I could imaging the club having regular ‘Get On The Air’ hours during the week were we take a station into the central mall and chat away with people around us and people on the air.  We could advertise the GOTA hours to the local ham community in the hopes that some of those folks would be out there, ready to rag chew with students.

What would a GOTA station look like?  It could be something in a go-box or multiple go-boxes, but a box hides components that might interest some people.  It might be more like a collection of things that we can keep sorted in a portable box but that are meant to be set up on a table under a canopy with the ‘Sushi Ham’ brand boldly printed across it.

A GOTA station could also be something that club members could set up in other locations around town to help the public take notice of amateur radio and what it does for the public.  It could be set up at

  • a library,
  • a school,
  • a park,
  • a farmer’s market,
  • a fair,
  • a campus open house or event (e.g., move-in day),
  • a shopping center, or any other place where there’s foot traffic where people might stop to ask questions about radio and show some interest in ‘getting on the air’ themselves.

If we had two or more GOTA stations, and if we deployed them at different locations in the county at the same time, there would be a guaranteed voice at the other end of their microphone to talk with.

Having a GOTA station would also provide a way for new club members to learn how to set up gear themselves, gaining confidence in the care and feeding of radio kit.

I guess it should also be said that the campus Radio Room we hope to occupy soon can also serve as a GOTA station, though an immobile one.  The club could (and probably should) maintain regular open door hours to welcome community members (mostly students, staff, and faculty) to see the radios and get a chance to talk into that microphone and make a contact.  Those hours could form the basis of a continual awareness/advertising campaign on campus that welcomes people to drop by.  When they drop by, we can invite them to join the mailing list and to a meeting.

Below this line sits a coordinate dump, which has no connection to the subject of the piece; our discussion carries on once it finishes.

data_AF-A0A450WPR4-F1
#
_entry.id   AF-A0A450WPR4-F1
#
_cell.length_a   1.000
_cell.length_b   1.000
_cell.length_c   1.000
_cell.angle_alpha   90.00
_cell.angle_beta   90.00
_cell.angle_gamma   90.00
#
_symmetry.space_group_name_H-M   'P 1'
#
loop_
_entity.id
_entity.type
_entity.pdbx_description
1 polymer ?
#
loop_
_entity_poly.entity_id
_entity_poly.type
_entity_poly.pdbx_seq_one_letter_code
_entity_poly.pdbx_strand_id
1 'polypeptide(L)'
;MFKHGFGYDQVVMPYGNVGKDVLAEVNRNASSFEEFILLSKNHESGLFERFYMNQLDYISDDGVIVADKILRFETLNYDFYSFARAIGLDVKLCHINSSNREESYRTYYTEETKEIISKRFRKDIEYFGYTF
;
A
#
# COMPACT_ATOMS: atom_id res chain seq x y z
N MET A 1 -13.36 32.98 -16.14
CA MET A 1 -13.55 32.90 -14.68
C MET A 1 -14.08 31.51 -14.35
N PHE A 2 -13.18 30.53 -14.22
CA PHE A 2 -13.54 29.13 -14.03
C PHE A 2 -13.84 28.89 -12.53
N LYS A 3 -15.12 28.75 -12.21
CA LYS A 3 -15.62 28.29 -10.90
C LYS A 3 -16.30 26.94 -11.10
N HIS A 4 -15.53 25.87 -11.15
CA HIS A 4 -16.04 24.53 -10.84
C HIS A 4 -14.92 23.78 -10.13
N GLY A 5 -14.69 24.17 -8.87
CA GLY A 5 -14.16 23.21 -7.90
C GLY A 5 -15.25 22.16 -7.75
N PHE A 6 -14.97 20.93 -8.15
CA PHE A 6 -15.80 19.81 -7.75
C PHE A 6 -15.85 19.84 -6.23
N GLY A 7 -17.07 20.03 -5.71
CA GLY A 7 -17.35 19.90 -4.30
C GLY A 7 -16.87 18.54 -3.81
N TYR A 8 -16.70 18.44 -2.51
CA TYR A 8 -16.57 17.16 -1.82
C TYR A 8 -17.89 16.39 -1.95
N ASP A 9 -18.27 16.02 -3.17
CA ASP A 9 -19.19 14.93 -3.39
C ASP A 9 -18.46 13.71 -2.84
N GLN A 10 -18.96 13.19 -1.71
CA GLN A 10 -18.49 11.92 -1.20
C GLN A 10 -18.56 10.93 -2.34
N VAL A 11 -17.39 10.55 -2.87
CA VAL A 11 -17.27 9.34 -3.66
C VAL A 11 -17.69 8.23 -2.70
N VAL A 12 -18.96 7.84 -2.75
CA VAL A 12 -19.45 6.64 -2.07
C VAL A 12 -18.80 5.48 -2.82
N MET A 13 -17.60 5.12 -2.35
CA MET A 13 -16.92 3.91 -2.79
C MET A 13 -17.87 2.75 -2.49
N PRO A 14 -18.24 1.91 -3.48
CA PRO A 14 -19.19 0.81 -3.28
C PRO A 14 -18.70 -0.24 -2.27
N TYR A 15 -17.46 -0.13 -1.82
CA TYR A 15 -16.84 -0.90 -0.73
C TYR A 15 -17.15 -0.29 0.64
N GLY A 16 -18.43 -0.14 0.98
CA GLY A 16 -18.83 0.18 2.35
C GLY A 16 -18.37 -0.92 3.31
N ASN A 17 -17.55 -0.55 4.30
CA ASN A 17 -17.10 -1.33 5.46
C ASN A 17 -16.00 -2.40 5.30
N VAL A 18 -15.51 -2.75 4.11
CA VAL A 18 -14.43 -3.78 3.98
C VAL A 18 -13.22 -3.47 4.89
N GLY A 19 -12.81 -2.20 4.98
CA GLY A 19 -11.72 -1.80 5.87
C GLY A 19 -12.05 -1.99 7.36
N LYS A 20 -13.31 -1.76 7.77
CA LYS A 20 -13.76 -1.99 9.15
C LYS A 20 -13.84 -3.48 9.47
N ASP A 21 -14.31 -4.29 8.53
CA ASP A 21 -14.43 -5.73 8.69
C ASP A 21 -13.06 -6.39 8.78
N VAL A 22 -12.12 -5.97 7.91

GOTA on Santa Rosa Island

One unique experience we could offer is to set up a GOTA station on Santa Rosa Island near the pier or camp grounds.  If the radio team stayed over night at the research station, the GOTA station could be active for multiple days.  If our visit coincided with a Parks on the Air event, we could combine the public awareness work with amassing contest contacts!

There are any number of things we could do with and on Santa Rosa Island such as

  • testing UHF+VHF connectivity with campus,
  • testing AREDN connectivity with campus,
  • experimenting with a mobile repeater to support comms into Lobo Canyon,
  • Summits on the Air with peak W6/SC-336, and
  • playing with any HF/UHF/VHF go box. and having a GOTA station would enrich any of these activities.

Getting out to Santa Rosa Island is not cheap.  A round-trip, overnight ticket costs $120 per person.  A multi-day visit also has a nominal lodging cost of $15 per person if there is space in teh bunkhouse.  The alternative would be camping in the Park Service camp ground which costs about $10 per night per site.  This means a trip would cost $145-170 per person before accounting for food.  A line in the ARRL budget that would send 6-10 club members to the island for work would sum to about $870-$1700 before adding the cost of food.